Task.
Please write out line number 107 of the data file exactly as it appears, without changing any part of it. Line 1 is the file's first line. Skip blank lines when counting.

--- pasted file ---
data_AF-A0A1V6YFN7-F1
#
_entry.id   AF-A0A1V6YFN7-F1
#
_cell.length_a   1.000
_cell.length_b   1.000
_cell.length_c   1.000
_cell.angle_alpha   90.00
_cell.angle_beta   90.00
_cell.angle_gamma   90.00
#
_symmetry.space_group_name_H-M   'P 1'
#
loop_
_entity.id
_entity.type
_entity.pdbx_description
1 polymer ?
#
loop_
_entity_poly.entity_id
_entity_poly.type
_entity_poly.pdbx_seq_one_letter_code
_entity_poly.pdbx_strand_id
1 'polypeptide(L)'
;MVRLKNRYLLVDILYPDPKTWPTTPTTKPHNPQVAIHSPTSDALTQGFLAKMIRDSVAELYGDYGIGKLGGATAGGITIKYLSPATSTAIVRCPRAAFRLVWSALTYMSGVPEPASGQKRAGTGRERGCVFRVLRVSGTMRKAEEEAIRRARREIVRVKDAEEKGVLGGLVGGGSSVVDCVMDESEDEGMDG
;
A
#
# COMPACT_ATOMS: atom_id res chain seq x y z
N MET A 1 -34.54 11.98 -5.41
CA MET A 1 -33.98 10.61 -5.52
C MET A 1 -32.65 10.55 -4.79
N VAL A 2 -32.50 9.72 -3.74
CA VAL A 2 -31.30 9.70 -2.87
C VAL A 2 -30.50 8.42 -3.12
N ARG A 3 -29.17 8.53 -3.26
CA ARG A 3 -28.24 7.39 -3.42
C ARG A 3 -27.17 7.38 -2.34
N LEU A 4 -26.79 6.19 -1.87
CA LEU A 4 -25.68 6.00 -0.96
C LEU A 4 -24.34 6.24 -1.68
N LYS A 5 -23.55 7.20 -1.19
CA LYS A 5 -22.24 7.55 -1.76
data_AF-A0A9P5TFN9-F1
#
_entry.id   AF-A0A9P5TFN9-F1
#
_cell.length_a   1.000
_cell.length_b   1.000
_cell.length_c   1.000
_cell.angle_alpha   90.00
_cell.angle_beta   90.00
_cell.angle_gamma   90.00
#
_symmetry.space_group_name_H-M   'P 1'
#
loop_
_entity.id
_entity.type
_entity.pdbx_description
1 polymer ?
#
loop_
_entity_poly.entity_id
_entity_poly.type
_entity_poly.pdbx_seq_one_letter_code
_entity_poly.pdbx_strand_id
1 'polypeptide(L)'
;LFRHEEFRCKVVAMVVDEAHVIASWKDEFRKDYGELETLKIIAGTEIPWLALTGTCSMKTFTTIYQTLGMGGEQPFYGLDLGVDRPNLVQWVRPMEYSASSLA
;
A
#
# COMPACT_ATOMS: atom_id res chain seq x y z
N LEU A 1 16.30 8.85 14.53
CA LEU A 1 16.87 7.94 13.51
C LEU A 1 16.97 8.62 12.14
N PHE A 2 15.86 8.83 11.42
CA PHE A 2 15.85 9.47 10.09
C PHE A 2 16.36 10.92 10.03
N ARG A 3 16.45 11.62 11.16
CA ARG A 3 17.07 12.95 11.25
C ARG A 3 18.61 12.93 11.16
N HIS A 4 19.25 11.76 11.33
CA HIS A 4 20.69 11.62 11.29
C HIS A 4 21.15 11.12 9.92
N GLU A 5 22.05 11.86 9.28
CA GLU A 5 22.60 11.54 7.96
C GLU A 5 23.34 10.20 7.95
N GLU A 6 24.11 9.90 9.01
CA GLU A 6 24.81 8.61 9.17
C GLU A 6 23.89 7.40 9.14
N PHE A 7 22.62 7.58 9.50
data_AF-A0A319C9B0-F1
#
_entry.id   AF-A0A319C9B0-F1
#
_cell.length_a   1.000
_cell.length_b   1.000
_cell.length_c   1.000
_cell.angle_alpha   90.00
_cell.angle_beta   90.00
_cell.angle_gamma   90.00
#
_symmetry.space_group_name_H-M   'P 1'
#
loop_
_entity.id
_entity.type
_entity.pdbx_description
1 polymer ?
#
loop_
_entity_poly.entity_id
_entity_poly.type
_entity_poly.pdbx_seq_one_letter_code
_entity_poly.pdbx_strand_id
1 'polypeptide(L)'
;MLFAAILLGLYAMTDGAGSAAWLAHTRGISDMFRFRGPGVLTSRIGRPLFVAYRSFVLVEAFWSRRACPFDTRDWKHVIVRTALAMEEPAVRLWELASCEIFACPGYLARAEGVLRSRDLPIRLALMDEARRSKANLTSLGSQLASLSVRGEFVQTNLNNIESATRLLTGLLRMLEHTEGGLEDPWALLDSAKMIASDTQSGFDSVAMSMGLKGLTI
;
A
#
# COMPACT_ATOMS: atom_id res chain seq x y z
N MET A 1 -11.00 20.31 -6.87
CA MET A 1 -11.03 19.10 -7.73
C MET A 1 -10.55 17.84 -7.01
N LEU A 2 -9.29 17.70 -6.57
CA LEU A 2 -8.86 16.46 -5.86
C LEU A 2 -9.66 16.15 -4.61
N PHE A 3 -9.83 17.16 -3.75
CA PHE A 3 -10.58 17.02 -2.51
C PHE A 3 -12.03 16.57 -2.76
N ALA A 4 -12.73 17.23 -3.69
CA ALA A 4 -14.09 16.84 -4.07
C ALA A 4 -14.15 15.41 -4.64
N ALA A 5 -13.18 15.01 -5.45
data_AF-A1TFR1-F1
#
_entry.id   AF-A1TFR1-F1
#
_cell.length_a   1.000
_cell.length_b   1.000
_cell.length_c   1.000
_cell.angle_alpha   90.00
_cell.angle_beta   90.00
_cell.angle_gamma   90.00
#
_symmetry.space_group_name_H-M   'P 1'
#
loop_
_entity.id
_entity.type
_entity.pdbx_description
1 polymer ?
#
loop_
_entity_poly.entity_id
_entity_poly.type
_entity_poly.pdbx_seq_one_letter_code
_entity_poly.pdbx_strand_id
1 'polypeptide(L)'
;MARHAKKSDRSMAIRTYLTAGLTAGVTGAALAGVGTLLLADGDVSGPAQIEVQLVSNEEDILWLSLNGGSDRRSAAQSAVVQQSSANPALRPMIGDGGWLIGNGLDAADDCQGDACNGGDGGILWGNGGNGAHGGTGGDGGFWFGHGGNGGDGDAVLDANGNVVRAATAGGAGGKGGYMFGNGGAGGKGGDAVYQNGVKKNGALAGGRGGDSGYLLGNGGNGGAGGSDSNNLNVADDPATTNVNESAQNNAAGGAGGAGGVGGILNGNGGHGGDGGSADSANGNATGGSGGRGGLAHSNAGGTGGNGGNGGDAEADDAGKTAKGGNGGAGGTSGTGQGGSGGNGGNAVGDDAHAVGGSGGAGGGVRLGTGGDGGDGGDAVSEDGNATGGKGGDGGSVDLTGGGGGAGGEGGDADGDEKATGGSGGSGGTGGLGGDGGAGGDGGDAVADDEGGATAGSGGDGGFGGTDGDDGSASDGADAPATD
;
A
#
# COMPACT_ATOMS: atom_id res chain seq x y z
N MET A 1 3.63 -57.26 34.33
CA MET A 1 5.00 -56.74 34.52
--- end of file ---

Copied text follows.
loop_